The latest state to join forces with health organizations across the country that are using African American barbershops and beauty salons as gateways for health checks and health related resources is New Orleans.
The Prevention Research Center of Tulane’s School of Public Health and Tropical Medicine launched the “Talk Shop” two months ago, using 25 barber shops in a trial run to see if stylists can influence their clients’ health choices.
The center has sent health officials to teach stylists how to talk to their clients about eating habits, exercising, managing blood pressure and other health topics. The program also provides each shop with the “Feel Good Guide: How to Stay Healthy, ” a 28-page booklet that offers advice about healthy living, recipe cards and a listing of free clinics and other services in the New Orleans area.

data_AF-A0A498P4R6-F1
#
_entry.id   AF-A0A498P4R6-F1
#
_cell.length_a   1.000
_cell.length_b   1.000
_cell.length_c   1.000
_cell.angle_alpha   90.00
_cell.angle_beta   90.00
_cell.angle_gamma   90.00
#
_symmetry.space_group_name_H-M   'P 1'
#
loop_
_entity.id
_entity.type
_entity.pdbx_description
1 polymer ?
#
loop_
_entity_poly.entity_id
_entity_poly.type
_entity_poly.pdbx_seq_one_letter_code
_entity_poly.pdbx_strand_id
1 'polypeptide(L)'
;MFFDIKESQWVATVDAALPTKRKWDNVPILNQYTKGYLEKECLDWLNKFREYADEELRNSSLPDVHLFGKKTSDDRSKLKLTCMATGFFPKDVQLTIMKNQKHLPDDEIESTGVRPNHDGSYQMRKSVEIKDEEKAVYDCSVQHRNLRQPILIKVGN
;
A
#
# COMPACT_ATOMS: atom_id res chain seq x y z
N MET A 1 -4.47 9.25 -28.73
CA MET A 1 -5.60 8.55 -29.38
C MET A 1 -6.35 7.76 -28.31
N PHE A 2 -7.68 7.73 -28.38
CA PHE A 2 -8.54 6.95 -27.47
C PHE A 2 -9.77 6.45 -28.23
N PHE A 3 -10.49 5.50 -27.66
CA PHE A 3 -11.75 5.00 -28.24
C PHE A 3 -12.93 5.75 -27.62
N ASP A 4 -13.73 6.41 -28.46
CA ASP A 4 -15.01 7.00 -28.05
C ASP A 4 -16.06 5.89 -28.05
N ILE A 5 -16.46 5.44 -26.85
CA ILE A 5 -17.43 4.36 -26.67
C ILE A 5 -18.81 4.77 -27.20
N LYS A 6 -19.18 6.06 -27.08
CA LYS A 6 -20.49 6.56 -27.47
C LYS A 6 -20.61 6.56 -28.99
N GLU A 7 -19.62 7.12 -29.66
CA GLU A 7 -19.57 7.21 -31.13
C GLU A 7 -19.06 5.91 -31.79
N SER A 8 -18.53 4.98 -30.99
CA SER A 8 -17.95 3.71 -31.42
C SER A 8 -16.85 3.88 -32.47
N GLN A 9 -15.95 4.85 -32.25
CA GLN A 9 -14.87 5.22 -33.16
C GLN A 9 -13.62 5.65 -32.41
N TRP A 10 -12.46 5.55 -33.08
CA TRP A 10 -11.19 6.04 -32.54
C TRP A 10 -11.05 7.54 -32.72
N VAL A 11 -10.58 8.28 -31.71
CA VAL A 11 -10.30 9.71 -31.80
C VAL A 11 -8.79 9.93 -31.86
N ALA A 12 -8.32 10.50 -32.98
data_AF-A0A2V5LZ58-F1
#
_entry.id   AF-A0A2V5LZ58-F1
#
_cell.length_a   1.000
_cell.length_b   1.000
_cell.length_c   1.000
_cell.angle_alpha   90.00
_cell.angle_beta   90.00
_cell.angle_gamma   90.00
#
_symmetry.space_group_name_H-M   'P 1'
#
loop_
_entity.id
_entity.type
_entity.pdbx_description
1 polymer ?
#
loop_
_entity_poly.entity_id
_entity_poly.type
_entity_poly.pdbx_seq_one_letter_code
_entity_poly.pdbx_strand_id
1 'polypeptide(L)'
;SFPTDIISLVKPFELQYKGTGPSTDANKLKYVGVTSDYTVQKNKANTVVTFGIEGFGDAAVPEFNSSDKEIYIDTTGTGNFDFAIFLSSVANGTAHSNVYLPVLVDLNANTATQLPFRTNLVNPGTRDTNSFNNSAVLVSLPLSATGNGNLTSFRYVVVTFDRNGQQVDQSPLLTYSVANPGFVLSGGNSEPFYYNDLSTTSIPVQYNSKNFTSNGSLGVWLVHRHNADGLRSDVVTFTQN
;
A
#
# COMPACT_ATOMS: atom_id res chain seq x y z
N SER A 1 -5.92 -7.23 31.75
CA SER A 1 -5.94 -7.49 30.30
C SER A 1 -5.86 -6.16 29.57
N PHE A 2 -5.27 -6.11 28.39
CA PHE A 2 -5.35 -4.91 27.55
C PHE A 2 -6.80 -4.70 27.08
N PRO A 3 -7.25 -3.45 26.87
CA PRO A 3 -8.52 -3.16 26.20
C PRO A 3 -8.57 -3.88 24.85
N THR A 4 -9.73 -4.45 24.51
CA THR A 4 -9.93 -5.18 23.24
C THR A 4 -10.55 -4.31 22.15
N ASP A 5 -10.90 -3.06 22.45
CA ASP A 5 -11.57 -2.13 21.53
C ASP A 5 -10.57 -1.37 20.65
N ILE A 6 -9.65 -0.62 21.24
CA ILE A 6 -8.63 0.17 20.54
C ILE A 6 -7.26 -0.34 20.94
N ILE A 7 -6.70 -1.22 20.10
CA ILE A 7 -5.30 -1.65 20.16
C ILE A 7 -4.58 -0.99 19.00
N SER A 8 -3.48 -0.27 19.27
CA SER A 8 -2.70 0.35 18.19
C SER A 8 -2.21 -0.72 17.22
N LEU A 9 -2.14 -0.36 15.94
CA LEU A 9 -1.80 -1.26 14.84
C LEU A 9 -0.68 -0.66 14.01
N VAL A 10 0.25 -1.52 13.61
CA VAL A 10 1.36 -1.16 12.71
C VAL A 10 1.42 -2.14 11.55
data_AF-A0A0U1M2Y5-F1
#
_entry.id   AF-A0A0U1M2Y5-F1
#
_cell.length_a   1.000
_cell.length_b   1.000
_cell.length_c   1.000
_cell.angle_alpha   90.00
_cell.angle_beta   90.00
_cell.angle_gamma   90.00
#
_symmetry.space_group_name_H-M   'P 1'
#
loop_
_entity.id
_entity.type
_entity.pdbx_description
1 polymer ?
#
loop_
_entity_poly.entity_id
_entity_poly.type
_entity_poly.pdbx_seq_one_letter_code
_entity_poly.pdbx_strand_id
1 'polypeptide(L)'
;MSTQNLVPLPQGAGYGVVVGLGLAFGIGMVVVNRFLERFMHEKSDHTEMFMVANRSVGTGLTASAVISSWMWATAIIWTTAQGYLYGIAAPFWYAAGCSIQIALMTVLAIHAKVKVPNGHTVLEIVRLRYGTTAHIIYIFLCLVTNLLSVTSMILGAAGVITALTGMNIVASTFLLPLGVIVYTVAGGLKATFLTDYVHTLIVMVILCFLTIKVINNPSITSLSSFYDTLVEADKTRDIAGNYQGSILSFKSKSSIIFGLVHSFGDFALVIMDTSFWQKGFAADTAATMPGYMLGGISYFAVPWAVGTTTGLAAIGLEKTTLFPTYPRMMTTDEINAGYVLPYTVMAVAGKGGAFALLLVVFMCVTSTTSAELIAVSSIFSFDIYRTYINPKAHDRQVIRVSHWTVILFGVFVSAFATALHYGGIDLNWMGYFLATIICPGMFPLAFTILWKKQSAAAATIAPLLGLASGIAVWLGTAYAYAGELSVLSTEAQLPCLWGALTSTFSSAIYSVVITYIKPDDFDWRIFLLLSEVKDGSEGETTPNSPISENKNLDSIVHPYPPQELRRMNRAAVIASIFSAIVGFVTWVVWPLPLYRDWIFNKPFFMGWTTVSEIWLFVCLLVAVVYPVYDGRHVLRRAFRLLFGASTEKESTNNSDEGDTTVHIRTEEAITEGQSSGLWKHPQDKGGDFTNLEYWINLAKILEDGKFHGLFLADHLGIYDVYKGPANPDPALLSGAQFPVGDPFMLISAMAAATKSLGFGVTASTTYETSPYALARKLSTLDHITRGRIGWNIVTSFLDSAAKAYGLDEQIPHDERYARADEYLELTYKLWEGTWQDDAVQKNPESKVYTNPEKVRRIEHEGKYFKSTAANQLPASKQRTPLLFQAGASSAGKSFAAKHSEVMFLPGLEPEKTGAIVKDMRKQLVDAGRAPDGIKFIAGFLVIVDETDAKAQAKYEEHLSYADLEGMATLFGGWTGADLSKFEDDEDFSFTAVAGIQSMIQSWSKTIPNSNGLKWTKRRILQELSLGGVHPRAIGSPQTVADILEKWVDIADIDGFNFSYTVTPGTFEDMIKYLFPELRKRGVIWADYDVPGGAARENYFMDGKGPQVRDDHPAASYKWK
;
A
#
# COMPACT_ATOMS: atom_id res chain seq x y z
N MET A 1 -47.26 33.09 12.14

“The ‘Feel Good Guide’ focuses on the simple things we can all do to improve our health, “ said Lisa Hoffman, the Tulane center’s communications and training coordinator. “It will also draw people’s attention to symptoms that may be indicative of an unknown condition for which medical care is necessary.”
At Danny’s Divine Designs on South Broad Street, customers are handed a guide in the waiting area. Once they hop into a chair, Townsend asks them what they think of the booklet or brings up a topic related to their personal health.
The program primarily targets African-Americans, who are disproportionately affected by heart disease, diabetes and certain cancers.
“Why not talk about health?” said Ann Bridges, who brings her family to the Broad Street shop once a week. “You talk about everything else.”
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